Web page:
Connecticut is a state with a lot to offer. As you near retirement, your mind may wander to fulfilling your life's dreams; and for many, that involves relocating. Here's what you need to know about taxes if you're moving to the Nutmeg State.
Connecticut is a small state in the New England region in the northeastern part of the United States. Although a part of New England, it is considered a part of the ‘Tristate area’ along with New York and New Jersey because of its proximity to both. The state is known for its rustic beauty, brilliant history, amazing landscape, and of course, Yale University. When the time to retire comes, many people consider retiring in Connecticut with the dilemma of whether to stay in their current city or move somewhere new.
There are many factors to consider when deciding where to retire, including the cost of living, climate, access to healthcare, and recreation. Depending on where you currently reside, you may need to pay a little more if living in Connecticut. But is it worth it? If you're looking for reasons to retire in this state, you should become aware of its tax laws. With our office HQ residing in Guilford, CT, we know a thing or two about what you'll need to retire here. Here’s what you should know.
Connecticut Income Tax
Connecticut's state income tax structure is graduated, meaning that the amount people are taxed increases as their earned income increases. This is similar to the federal government's income tax system and differs from states that use a flat tax rate.
Additionally, while Connecticut has a higher sales tax rate than the national average, there are no local sales taxes charged, which produces a balancing effect for the net amount of taxes collected.
Connecticut personal income tax rates
Single, married filing separate
Married filing jointly
$500,001 or more
$1,000,001 or more
While the state doesn’t have a standard deduction, the personal exemption is $15,000 for single taxpayers and $24,000 for married couples.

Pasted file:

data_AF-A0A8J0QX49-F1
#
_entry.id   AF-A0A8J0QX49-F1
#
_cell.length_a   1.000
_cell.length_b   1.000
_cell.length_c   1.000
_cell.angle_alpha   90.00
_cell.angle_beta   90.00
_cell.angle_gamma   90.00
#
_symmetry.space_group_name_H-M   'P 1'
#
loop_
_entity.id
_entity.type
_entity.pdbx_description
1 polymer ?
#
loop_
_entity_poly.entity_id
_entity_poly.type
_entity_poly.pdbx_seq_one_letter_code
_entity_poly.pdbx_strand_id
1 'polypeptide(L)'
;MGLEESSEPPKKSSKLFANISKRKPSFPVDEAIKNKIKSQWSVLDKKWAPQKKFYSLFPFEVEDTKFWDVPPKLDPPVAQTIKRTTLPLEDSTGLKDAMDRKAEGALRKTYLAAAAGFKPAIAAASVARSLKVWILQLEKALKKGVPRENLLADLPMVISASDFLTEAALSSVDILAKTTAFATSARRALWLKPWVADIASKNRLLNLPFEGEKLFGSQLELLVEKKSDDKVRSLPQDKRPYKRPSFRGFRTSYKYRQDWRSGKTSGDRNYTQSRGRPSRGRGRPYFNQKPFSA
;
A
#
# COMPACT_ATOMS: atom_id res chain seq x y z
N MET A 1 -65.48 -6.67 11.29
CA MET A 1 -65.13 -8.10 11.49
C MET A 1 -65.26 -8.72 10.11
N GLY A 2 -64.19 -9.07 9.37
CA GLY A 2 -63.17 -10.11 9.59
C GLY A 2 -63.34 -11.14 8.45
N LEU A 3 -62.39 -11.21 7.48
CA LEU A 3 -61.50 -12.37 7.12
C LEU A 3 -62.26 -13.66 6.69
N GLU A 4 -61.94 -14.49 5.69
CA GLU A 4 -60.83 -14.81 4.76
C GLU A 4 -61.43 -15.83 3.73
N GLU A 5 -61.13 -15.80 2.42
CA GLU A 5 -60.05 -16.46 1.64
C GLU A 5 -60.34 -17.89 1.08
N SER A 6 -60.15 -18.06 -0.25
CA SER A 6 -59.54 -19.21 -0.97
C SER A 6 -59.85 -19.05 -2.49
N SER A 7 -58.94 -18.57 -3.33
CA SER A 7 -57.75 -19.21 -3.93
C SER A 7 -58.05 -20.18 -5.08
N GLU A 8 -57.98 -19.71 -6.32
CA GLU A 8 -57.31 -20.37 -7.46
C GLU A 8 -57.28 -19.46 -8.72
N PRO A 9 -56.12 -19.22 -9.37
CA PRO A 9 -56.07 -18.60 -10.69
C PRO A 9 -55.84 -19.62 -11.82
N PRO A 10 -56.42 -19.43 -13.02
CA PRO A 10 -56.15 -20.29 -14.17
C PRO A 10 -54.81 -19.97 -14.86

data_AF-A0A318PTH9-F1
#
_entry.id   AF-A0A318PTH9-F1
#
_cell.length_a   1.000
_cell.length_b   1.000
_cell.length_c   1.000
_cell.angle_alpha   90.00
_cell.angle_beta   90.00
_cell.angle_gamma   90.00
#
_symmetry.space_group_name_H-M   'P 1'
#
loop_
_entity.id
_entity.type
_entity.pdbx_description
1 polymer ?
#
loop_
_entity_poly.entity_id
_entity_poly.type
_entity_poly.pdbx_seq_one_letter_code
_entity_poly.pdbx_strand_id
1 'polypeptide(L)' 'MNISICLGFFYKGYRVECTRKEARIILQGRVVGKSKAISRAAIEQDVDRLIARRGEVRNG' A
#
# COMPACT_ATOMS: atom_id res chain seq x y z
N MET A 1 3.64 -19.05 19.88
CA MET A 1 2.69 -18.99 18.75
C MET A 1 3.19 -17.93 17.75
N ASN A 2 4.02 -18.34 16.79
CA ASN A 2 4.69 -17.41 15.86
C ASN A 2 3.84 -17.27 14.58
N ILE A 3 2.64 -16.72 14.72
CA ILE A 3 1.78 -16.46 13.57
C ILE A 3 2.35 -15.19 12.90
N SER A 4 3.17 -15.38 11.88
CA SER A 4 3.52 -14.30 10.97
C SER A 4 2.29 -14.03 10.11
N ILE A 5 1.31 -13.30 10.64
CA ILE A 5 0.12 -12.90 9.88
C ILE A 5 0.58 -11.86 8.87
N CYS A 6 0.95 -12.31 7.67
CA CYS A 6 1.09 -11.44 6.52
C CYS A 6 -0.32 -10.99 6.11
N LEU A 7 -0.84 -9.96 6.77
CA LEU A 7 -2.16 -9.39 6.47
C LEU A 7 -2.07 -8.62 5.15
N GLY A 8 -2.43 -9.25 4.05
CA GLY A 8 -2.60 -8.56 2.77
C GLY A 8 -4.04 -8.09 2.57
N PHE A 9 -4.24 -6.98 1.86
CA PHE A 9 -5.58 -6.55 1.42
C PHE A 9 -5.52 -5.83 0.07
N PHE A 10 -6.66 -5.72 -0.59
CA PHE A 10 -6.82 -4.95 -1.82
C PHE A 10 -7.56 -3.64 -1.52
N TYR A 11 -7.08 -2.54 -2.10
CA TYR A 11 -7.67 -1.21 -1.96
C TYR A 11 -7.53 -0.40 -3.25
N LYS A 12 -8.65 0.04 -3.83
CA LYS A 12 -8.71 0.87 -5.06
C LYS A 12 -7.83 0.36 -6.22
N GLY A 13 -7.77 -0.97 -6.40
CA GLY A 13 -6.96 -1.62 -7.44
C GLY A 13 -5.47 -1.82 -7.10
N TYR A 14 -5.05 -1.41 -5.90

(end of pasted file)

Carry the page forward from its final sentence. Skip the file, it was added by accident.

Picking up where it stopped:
Connecticut Sales Tax
The State of Connecticut has a single, statewide sales tax. Because there are no additional sales taxes imposed by local jurisdictions in Connecticut, the rate of 6.35% applies to the retail sale, lease, or rental of most goods and taxable services.
However, there are exceptions:
- The tax on the rental or leasing of a passenger motor vehicle for a period of 30 consecutive calendar days or less is 9.35%.
- A tax rate of 7.75% applies to the following: the sale for more than $50,000 of most motor vehicles, the sale for more than $5,000 of jewelry (whether real or imitation), the sale for more than $1,000 of an article of clothing.
- The sales and use tax rate is 4.5% on the sale of motor vehicles to a nonresident member, or a member and his or her spouse jointly, of the armed forces of the United States stationed on full-time active duty in Connecticut.
Connecticut Property Tax
Connecticut homeowners pay the fourth highest property taxes in the U.S., with an average effective rate of 2.14%. The state's average effective property tax rate is double the national average, which is 1.07%.
The state is unusual in that counties are not responsible for administering property taxes. Instead, cities and towns set rates and collect the taxes.
Connecticut Inheritance and Estate Tax
Connecticut does not have an inheritance tax, but that doesn't mean you can avoid paying state-level taxes on the property you inherit. If your grantor lived in a state that has an inheritance tax, it will probably apply to you as well.
This is especially true if your grantor lived in Kentucky, where all in-state property is subject to inheritance tax even if the inheritor lives out-of-state. If someone who lives out-of-state leaves you something, make sure to check the local laws in your grantor's state to see if you owe inheritance tax.
If you're looking to relocate to Connecticut for retirement, check out our guide for tips on estate and inheritance taxes.
If you're interested in starting your retirement in Connecticut, check out our pros and cons series here. It's important to look at your retirement plan and see if retiring here would benefit you.
Once you have estimated the amount of money you may need for relocating in retirement, a sound approach involves taking a close look at your potential retirement-income sources and seeing how far they will stretch in your chosen state.
At Agemy Financial Strategies, we want you to know we’re here to help you navigate retirement and any questions that come up during your retirement process, including relocation opportunities. As Fiduciary advisors, it's our duty to act on your behalf in finding the right solutions for your individual wants and needs.